Recently chromatic wrote that we should "tell the world, what are you working on with Perl?"
So, to answer this then, my current project is Circle, an IRC client. Actually, it's much more than an IRC client, but that will do as a first approximation.
Rather than being Just Another IRC client, this one is split into two programs; a backend server that runs on some machine somewhere, likely your co-located shell hosting box, or home server. This maintains all the connections to the IRC networks, persists the scrollback and so on; it is the guts of the logic. Then there's the frontend program, a lightweight GTK application that draws the UI for the backend logic. The frontend doesn't really understand IRC, the backend has no knowledge of GTK. Several readers may recognise something of the MVC pattern about this.
Without going into too much detail here (you can read the above link), this gives you the advantages of a real local native-UI client, plus the advantages of a persistent server. The UI interactions are local, no network latency or bandwidth to get in the way of line editing, backbuffer scrolling, window switching, and so on; yet all the data is persisted in the server so you can just disconnect the thin client and reconnect it from anywhere else.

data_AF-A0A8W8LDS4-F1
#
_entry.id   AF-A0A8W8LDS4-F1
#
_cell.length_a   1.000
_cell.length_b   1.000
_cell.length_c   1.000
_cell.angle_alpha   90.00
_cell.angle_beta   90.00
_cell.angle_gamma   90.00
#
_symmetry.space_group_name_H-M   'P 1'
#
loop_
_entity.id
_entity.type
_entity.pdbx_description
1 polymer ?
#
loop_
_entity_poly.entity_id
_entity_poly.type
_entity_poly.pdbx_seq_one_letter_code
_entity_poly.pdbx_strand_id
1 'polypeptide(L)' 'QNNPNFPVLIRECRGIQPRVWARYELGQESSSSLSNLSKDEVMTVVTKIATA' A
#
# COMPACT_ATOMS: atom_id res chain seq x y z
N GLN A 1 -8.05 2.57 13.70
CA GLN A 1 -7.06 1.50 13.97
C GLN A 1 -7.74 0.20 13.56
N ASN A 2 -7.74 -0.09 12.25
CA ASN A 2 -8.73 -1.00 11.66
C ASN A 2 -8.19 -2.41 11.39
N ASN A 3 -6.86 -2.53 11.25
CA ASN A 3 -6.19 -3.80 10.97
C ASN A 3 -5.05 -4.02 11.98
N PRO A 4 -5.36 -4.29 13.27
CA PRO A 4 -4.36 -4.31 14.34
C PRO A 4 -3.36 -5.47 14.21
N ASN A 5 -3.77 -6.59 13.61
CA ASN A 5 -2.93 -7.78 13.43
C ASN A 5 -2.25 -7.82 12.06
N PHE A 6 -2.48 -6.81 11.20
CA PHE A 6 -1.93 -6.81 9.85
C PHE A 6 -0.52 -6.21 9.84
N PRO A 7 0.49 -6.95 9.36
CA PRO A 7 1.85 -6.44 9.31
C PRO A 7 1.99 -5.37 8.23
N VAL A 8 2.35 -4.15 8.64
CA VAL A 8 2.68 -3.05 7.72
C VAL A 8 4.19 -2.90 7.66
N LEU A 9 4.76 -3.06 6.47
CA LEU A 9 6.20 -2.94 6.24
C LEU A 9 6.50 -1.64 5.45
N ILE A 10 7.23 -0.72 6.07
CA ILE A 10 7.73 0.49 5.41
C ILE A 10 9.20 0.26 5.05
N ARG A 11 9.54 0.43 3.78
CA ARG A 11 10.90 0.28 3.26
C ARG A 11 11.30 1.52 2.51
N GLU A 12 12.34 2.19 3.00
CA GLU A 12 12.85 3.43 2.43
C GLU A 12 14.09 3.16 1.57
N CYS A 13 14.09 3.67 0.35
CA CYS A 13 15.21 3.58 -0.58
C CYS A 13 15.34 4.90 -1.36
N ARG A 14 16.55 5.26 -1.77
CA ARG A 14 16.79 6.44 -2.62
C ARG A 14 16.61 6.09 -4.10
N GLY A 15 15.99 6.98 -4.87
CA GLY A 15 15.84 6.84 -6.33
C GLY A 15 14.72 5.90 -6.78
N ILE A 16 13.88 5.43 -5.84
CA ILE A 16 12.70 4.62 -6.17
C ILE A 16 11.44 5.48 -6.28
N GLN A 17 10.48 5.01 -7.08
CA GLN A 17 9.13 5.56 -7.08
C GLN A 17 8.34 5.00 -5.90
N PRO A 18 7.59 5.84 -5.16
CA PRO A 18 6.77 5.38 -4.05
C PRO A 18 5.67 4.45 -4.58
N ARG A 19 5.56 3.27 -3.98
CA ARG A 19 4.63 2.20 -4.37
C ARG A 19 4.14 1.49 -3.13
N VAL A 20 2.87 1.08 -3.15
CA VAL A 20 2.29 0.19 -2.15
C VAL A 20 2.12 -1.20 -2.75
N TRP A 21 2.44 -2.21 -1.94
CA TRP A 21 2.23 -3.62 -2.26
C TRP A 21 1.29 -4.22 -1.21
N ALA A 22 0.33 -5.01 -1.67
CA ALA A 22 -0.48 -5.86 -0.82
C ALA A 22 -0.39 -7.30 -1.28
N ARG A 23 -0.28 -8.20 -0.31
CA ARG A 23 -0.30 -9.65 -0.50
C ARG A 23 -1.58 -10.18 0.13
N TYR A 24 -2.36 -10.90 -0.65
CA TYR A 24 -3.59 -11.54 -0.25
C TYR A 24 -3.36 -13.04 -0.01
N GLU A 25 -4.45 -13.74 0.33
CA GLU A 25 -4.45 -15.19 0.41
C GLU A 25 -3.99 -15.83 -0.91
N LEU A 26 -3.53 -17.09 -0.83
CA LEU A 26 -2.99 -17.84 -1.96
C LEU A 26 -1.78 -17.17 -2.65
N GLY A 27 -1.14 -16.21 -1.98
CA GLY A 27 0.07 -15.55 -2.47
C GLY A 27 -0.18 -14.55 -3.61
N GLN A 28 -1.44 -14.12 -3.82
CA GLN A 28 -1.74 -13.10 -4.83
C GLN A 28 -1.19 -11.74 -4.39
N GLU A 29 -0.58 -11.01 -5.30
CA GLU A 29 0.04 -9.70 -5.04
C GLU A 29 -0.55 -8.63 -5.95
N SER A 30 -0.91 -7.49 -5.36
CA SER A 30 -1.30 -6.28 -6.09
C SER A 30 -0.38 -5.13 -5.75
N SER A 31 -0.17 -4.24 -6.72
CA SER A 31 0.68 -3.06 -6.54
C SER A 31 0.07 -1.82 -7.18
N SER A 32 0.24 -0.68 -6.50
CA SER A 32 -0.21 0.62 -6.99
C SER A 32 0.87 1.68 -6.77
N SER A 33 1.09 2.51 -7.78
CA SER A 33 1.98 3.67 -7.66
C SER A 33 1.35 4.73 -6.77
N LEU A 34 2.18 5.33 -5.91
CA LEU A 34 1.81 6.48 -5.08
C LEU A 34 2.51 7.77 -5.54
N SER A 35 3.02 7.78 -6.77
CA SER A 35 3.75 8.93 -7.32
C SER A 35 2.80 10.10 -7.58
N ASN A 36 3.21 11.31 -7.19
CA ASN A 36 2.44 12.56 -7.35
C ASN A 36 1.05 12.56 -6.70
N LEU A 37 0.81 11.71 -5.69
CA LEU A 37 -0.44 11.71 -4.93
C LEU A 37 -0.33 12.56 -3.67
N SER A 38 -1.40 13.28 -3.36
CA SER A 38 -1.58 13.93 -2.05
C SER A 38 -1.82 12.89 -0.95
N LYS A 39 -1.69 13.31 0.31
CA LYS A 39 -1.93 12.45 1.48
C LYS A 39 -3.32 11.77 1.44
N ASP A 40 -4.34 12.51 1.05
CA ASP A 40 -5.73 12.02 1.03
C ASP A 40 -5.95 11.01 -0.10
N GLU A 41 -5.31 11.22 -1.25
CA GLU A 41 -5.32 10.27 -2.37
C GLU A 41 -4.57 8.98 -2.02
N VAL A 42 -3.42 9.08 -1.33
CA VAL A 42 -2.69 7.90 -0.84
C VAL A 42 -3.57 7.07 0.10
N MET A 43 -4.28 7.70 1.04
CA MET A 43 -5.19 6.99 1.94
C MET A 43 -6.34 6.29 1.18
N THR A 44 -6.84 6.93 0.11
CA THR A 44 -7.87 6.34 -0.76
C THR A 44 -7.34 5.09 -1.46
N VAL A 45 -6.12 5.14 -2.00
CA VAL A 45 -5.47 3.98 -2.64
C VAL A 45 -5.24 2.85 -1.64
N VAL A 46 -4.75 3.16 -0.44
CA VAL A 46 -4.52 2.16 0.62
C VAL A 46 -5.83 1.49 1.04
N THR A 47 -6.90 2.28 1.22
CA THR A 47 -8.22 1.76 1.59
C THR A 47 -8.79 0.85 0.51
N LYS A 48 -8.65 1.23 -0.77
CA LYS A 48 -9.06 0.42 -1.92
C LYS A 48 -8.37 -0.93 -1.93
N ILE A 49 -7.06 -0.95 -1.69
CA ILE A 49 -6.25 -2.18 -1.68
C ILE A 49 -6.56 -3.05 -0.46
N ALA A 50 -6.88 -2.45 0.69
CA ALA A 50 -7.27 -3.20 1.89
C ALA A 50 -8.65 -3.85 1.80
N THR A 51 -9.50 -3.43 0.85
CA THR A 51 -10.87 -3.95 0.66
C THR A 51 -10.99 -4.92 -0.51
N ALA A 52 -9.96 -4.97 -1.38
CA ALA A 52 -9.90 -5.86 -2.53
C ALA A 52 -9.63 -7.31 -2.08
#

A common way people usually solve this sort of problem is to run irssi in a screen session, and reconnect over SSH. The primary downside of this setup is it requires a low-latency, high-bandwidth connection to the server, as every keypress of the line editor to send your next line, will have to round-trip over that network. Every backbuffer operation, scrolling up and down, or switching between windows, has to redraw over the link. If that link has high latency, or low bandwidth, the user experience will suffer. If the network charges for bandwidth, you will end up paying many times to keep re-sending the same screenful of scrollback as you switch windows. By not having a real presence on the local desktop, irssi-in-screen also cannot take advantage of local desktop features such as notification sounds or highlight popups, nor can it access the local filesystem to perform DCC transfers or similar.
Another solution to remote persistant IRC is to run an IRC proxy server or bouncer, and point a regular IRC client at that. These either don't support backbuffer refills, or save and replay events, possibly by prefixing timestamps in the message text. They suffer many shortcomings by being a hacked-on proxy in front of an existing IRC client, which overall doesn't really support the disconnect/reconnect model. These solutions almost exclusively are also IRC-specific, and cannot integrate non-IRC (such as Instant Messaging) alongside.
Right now this is pretty-much all there is to it, though the design is such that it can accommodate much more. There's also a plain telnet-alike backend module, but it could quite easily accept Instant Messaging, Email, PIM, whatever. Right now, the only frontend is GTK, but nothing says one couldn't also be written for Qt, Windows, or any other GUI toolkit. I'm also slowly in the process of writing a terminal-mode one.
The code is available on CPAN: